Marika Cifor

CFD Postdoctoral Fellow in Gender, Sexuality, and Women’s Studies

Teaching this semester

GSWS 2111. Viral Cultures: HIV/AIDS in Science, Policy, and Culture

In the thirty-plus years since its emergence, HIV/AIDS has dramatically altered the world’s social, political, economic, scientific, and cultural landscape. From the early 1980s through the present, people living with HIV and AIDS, activists, artists, policymakers, and researchers have sought to understand the ways that HIV/AIDS is transforming how we live and die, how we think and create, and what we value. Brings students together to work across disciplines to address the complexities of HIV/AIDS on global, national, local, and individual scales. Students examine various aspects of the HIV/AIDS pandemic: activism, epidemiology, cultural history, medical treatment; the business, economics, and industry of disease, HIV and global health, law and public policy; and representations of HIV/AIDS in literature, archives, media, and the arts. Throughout, the intersections of HIV/AIDS with sexuality, gender, race, ability, culture, religion, nation, poverty, and other factors that crucially shape the lives and life chances of those living with HIV/AIDS are addressed. Critically engaging diverse materials and topics illuminates how contemporary societies have and continue to witness, frame, and make meaning of the ongoing HIV/AIDS pandemic.

Marika Cifor is an interdisciplinary scholar of gender, sexuality, and information. Her research focuses on developing complex understandings of how LGBTQ individuals and communities and persons living with HIV and AIDS come to define themselves, their social groups and movements, and their past, present and future through archives, new media, and data produced within digital cultures. Currently, she is working on a book and accompanying digital humanities project, Viral Cultures: Nostalgia, Affect and HIV/AIDS Archives, that examines the critical potential of the emotions and memories that are recorded and produced by archives documenting 1980s and 1990s HIV/AIDS activism in the United States.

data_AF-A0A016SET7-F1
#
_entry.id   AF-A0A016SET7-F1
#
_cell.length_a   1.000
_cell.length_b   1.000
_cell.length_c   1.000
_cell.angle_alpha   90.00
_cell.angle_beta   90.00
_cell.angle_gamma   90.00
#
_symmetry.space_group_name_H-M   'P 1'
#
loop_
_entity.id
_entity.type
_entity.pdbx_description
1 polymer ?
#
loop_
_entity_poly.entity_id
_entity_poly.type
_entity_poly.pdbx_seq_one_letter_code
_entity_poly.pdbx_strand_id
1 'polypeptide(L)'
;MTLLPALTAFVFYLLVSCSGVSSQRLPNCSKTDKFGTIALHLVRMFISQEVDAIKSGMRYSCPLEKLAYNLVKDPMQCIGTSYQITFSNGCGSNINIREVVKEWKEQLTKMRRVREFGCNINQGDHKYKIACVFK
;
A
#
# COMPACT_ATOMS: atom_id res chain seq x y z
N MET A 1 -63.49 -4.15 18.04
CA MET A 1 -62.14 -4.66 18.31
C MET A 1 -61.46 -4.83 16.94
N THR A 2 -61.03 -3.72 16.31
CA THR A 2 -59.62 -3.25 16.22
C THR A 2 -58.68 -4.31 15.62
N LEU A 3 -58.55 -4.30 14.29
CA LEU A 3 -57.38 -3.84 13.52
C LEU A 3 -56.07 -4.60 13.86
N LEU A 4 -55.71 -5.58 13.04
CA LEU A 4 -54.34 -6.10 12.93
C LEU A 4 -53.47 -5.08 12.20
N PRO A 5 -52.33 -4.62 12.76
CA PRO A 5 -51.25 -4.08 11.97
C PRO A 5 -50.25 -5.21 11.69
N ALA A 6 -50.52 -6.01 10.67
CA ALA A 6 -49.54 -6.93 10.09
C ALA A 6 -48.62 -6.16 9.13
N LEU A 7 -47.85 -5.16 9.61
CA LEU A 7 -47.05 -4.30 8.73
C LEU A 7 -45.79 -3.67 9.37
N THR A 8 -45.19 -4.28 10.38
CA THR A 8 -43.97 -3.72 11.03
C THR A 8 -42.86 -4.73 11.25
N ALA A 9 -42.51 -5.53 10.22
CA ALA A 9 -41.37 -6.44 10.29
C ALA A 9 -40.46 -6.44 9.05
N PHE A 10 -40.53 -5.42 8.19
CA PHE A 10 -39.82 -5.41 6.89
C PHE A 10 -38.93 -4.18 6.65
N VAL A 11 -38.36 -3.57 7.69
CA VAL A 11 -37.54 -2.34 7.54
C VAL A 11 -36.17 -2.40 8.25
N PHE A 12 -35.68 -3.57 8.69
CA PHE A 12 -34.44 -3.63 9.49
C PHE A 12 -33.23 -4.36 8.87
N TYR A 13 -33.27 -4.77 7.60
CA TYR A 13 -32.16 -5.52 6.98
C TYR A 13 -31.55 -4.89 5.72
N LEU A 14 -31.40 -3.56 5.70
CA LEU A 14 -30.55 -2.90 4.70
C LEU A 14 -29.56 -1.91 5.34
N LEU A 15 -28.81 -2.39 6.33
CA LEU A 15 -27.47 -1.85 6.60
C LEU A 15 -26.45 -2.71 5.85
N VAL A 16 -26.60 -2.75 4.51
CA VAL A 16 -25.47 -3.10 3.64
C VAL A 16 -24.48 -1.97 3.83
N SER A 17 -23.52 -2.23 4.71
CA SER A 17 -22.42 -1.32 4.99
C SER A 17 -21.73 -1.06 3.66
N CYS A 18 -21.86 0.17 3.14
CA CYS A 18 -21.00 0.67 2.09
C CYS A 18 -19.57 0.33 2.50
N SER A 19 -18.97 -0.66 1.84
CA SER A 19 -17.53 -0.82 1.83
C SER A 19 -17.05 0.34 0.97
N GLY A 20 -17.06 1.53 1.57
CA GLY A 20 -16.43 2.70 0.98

Education

  • B.A., Mills College
  • M.S., Library and Information Science, Simmons College
  • M.A., History, Simmons College
  • Ph.D., Information Studies, UCLA

Selected Publications

Cifor, M. & Wood, S. (Invited; 2017). Critical Feminism in the Archives. Journal of Critical Library and Information Studies 1(2).

Cifor, M. & Lee, J.A. (2017). Towards an Archival Critique: Opening Possibilities for Addressing Neoliberalism in the Archival Field. Journal of Critical Library and Information Studies 1(1).

Caswell, M., Migoni, A.A., Geraci, N. & Cifor, M. (2016). ‘To Be Able to Imagine Otherwise’: A Framework for Understanding the Impact of Community Archives. Archives and Records.

Cifor, M. (2016). Affecting Archives: Introducing Affect Studies to Archival Discourse. Archival Science 16(1): 7-31.

Cifor, M. (2016). Aligning Bodies: Collecting, Arranging, and Describing Hatred for a Critical Queer Archives. Library Trends 64(4): 756-775.

Caswell, M. & Cifor, M. (2016). From Human Rights to Feminist Ethics: Radical Empathy in the Archives. Archivaria 81: 23-83.

Cifor, M. (2016). Acting Up, Talking Back: TITA, TIARA, and the Value of Gossip. InterActions: UCLA Journal of Education and Information Studies 12(1).

Caswell, M., Cifor, M. & Ramirez, M.H. (2016). ‘To Suddenly Discover Yourself Existing’: Uncovering the Affective Impact of Community Archives. The American Archivist 79(1): 56-81.

Cifor, M. (2015). Presence, Absence, and Victoria’s Hair: Affect and Embodiment in Trans Archives. TSQ: Transgender Studies Quarterly 2(4): 645-649.

Wood, S., Carbone, K., Cifor, M., Gilliland, A.J. & Punzalan, R. (2014). Mobilizing Records: Re-Framing Archival Description to Support Human Rights. Archival Science 14: 397-414.